We are being Sanctified: The best short explanation of this is from a man who had been an alcoholic prior to becoming a Christian.  When years later he was found to be suffering from cirrhosis he remarked: "God gave me a new heart, but He didn't give me a new liver". As believers, we still have mortal physical bodies infected with sin, and for that reason will eventually die (unless it be our lot to endure until the Lord's return). And of course, Christians still sin, although we shouldn't, and that is why we have need of God's forgiveness when we confess our sins (1 Jn. 1:9), which we would not again need if we were now sinless in body as well as in Christ. It is analogous to a slow running drain which is purged of all its accretions and now can flow fast and free. Our hearts are fleshly, not concrete. Believers can also let their plumbing get sluggish again. Only the truth of the Word, meditating on it, believing it, and applying it aggressively to our lives and without compromise keeps the water flowing freely through sanctification.  A better analogy is that of the the truth as light and our eye as the heart's window on the light of truth. Jesus tells us that if our eye is darkness, so will our body be; this means that to the extent that we have allowed hearts, the eyes of our spirits, to get clogged or hardened, to that extent we are not letting in the light of truth and are instead operating in darkness (Matt.6:22-23).

We will be Glorified: On that glorious future day our new, resurrection bodies will indeed be sinless -- and we will truly be immortal in every way.  As things stand now, however, we remain saved spirits in corrupt bodies; the two interface at the heart,and that is where we fight the battle of the Christian life, constantly facing the issue of truth. This is our "hope of glory" (Col. 1:27)until we arrive at the day of our redemption (i.e., the redemption of our bodies). We will be raise to *immortality* as we are resurrected (1 Corr. 15:50-58) on the day when we put on immortality.

God Bless!

Edited by (Omega)
Grammar and punctuation

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On 9/26/2018 at 9:21 PM, Roselove said:

I’m still finding the whole verb-tense thing, confusing. I brought it up when this thread was started, but I don’t think we got much into it. Why is “believeth” in john 3:16 in a continuous verb tense? I think that the stuff in John 6 about how we “eateth” and “drinketh” Jesus’s flesh and blood are in the same verb tense. And when it says we are “sealed” with His Spirit, it’s also in a continuous verb tense, i read. Like, none of this is yet, final or something. Is this correct information? That the words in those places in the Bible, are in a continuous verb tense?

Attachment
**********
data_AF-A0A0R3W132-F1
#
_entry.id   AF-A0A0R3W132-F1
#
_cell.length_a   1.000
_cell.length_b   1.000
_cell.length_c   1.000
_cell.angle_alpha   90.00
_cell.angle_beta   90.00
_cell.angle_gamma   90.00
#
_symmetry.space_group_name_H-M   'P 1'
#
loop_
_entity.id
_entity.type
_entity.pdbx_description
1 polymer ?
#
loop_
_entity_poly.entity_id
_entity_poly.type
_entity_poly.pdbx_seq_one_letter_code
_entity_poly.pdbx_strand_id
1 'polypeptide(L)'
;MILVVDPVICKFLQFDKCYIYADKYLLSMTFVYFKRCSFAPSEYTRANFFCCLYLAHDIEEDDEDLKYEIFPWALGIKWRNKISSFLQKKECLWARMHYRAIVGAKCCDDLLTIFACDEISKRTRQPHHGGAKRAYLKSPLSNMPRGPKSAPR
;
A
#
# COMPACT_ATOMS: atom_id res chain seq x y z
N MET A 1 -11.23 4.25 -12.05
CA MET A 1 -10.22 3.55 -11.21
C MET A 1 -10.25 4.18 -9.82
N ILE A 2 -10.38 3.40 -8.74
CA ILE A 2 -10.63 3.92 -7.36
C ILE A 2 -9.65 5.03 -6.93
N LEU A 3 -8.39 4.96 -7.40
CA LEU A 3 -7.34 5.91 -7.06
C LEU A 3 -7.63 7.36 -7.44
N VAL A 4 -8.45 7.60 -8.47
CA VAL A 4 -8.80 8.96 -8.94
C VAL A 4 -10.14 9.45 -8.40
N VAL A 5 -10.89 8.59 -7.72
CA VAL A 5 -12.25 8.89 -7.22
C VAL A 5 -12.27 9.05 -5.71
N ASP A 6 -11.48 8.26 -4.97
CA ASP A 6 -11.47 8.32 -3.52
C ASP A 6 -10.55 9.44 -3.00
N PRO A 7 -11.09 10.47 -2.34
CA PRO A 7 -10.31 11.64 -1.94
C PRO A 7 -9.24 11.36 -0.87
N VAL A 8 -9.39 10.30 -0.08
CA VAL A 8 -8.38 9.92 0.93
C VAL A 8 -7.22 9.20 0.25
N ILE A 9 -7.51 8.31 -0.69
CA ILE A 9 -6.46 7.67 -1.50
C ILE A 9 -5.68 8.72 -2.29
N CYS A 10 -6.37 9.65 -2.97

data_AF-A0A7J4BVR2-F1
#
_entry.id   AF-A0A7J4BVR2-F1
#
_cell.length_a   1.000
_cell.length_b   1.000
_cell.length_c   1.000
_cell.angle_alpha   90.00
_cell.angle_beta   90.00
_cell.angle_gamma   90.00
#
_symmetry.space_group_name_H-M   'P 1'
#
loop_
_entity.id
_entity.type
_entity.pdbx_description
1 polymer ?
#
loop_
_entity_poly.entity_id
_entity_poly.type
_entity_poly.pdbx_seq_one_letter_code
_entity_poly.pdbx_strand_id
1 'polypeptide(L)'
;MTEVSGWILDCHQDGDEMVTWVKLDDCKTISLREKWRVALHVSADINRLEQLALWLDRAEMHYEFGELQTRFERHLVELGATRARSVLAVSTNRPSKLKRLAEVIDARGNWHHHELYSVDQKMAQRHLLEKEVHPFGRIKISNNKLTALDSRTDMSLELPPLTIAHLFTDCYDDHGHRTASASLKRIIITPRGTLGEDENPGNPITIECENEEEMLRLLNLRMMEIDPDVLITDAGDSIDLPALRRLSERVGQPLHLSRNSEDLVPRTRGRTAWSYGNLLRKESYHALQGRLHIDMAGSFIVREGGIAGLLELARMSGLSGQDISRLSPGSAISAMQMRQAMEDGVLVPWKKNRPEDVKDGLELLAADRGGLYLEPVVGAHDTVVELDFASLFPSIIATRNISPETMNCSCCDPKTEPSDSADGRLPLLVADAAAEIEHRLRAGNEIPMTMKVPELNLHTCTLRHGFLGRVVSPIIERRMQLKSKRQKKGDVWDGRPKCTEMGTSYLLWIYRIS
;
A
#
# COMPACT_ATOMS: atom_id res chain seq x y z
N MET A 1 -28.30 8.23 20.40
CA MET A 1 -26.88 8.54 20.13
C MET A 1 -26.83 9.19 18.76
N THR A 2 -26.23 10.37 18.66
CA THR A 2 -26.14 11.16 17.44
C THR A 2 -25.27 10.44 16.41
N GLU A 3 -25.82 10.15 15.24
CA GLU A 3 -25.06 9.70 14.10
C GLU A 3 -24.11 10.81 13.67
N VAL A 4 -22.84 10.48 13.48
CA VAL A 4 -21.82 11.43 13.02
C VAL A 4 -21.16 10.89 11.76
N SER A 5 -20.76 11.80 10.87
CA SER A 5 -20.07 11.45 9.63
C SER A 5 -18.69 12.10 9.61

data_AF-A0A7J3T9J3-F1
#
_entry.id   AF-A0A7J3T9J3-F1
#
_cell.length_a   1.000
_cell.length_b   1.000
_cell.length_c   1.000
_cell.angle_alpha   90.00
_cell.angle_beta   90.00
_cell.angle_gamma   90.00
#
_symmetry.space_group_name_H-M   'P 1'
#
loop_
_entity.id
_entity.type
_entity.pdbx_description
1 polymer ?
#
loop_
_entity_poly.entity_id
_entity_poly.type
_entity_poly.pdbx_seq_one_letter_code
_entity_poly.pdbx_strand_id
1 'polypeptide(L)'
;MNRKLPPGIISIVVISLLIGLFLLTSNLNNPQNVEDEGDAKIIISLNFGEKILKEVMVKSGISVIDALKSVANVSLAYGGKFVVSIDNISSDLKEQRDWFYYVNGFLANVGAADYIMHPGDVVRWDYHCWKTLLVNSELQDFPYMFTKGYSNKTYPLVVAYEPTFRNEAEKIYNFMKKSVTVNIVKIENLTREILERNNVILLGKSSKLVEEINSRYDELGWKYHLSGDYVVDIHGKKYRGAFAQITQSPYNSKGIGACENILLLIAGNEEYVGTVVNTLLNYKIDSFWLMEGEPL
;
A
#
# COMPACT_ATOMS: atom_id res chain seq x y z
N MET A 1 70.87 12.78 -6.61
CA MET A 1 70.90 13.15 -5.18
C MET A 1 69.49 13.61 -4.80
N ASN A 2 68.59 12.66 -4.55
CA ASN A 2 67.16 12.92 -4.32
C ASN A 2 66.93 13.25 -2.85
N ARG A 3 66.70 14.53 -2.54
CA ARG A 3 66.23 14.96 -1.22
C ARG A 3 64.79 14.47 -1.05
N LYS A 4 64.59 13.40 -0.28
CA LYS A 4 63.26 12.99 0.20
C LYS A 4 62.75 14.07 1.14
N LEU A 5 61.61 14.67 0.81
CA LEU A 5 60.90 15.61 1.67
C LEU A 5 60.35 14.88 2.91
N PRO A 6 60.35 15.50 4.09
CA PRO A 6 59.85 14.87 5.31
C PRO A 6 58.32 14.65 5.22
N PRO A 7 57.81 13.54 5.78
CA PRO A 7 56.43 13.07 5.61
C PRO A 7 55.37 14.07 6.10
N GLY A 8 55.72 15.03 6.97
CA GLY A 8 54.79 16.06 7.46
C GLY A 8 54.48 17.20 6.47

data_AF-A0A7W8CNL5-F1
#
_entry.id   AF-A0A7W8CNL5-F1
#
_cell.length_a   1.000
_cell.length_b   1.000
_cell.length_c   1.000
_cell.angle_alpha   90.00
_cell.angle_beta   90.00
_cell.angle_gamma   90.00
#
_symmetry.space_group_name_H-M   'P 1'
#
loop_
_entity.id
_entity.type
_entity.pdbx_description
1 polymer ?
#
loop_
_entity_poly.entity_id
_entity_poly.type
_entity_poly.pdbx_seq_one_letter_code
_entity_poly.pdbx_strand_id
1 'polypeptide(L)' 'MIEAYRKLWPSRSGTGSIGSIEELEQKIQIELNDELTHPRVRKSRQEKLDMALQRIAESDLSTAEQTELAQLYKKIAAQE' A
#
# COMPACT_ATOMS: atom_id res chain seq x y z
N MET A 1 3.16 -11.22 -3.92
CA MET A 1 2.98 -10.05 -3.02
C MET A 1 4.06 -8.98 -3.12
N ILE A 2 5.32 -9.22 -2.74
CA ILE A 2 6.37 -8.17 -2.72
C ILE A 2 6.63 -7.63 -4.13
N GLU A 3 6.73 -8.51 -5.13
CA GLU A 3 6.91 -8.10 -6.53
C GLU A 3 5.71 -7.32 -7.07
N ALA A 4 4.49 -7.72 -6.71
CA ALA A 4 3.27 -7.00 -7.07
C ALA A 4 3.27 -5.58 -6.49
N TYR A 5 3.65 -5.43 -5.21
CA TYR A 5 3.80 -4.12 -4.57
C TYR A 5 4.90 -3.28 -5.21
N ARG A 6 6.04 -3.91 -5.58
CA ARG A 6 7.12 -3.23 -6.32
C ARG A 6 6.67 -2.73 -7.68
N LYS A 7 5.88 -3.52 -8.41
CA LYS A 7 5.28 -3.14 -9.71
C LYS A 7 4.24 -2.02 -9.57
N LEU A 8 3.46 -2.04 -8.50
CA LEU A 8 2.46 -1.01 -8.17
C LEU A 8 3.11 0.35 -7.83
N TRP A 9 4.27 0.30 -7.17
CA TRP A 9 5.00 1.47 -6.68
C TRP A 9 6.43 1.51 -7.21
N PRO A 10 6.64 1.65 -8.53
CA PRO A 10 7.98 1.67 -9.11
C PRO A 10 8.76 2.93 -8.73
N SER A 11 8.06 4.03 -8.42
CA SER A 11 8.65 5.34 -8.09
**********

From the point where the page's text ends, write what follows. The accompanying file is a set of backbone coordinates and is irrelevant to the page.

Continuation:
I apologize for skipping past your post, so I'll attempt to help you understand tenses in layman's terms. The word "sealed" is in the aorist passive indicative; and the Greek verb is "sphragizo" and we are sealed by the Spirit; He is our pledge of security. It's very dangerous for folks who don't know and really understand ancient Greek to draw conclusions based upon things like tense-aspect. English is different from Greek. That means that what an English translation may imply may not be what the Greek really means, especially if too much weight is put on an issue like this.  It is important, but it is a very involved grammatical issue wherein there is really not much substance when all is said and done. Greek, for example, does not have an aoristic present as English does so that any Greek verb form referring to the present may be either continuous OR aoristic. In John 3:16 we have a participle with a definite article -- common in Greek but unusual in English:  "the believing one"  or "the believer" or "the one who believes [in Me]". If we are believers, we believe in Christ.

Also, there is a false doctrine referred to as the hyper-Once-saved-always-saved position -- which is untrue, because it is possible for a false "believer" to apostatize (i.e., they were never saved to begin with (cf. 1 Jn. 2:19), that is, to entirely abandon faith in Christ. One third of false professors in Christ will do this during the Great Apostasy of the Tribulation (2 Thes. 2:3 ). Of course, "pins and needles salvation", the false doctrine that one little slip condemns the believer is also a dastardly lie. If we believe, we are believers; all believers are saved, but ONLY believers are saved: 

He that believeth on him is not condemned: but he that believeth not is condemned already, because he hath not believed in the name of the only begotten Son of God. (John 3:18)

God Bless!

Edited by (Omega)
Grammar and Paraphrasing